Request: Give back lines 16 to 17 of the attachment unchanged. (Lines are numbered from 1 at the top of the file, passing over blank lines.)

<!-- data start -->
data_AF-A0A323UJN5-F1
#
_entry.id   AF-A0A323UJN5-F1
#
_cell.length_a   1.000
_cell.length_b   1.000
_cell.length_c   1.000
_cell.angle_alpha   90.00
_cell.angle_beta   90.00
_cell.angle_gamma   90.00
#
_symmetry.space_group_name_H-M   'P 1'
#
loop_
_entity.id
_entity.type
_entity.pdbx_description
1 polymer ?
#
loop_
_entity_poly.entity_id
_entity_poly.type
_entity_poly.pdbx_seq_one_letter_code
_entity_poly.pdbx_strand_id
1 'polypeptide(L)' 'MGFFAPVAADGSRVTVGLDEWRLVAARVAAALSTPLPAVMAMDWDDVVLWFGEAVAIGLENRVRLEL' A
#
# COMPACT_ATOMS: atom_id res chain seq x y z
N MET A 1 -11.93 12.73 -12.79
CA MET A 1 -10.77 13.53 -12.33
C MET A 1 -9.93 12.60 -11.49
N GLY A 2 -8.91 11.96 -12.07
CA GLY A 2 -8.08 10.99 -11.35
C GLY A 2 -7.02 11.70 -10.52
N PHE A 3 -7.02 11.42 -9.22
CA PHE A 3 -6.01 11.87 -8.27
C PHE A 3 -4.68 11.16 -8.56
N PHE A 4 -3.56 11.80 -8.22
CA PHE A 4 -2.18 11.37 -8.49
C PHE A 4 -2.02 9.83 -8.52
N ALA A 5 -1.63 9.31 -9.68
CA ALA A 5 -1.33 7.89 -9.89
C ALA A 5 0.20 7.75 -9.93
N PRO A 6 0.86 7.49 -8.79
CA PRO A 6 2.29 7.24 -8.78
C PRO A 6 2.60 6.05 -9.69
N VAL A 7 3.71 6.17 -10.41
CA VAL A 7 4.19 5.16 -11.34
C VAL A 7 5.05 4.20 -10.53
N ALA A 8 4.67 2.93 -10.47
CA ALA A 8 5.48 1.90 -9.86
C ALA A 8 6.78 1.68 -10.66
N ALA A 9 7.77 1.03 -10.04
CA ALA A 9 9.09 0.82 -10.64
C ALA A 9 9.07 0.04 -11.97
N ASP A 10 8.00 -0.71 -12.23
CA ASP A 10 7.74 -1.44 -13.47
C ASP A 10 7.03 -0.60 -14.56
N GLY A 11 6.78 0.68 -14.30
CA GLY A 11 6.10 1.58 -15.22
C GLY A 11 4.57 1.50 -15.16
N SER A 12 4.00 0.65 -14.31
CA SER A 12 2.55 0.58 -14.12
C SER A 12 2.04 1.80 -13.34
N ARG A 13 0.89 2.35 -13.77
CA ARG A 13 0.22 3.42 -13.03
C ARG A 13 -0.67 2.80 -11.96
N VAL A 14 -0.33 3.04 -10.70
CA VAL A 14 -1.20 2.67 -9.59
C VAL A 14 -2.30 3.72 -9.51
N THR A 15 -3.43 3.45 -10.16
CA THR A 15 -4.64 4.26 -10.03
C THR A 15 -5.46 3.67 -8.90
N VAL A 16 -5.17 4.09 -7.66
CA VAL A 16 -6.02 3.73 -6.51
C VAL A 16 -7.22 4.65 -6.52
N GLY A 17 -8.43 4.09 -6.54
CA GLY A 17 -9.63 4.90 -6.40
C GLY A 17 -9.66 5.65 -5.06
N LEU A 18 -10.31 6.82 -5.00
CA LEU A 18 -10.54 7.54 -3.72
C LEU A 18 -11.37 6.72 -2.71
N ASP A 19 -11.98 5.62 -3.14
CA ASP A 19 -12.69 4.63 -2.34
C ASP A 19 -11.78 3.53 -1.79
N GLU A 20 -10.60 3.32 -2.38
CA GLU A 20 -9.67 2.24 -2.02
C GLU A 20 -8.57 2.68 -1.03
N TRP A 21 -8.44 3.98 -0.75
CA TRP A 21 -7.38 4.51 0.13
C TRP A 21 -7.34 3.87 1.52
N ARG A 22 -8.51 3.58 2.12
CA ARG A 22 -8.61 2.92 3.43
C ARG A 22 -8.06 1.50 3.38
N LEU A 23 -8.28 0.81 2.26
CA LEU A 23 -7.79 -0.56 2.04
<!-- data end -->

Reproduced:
_entity.type
_entity.pdbx_description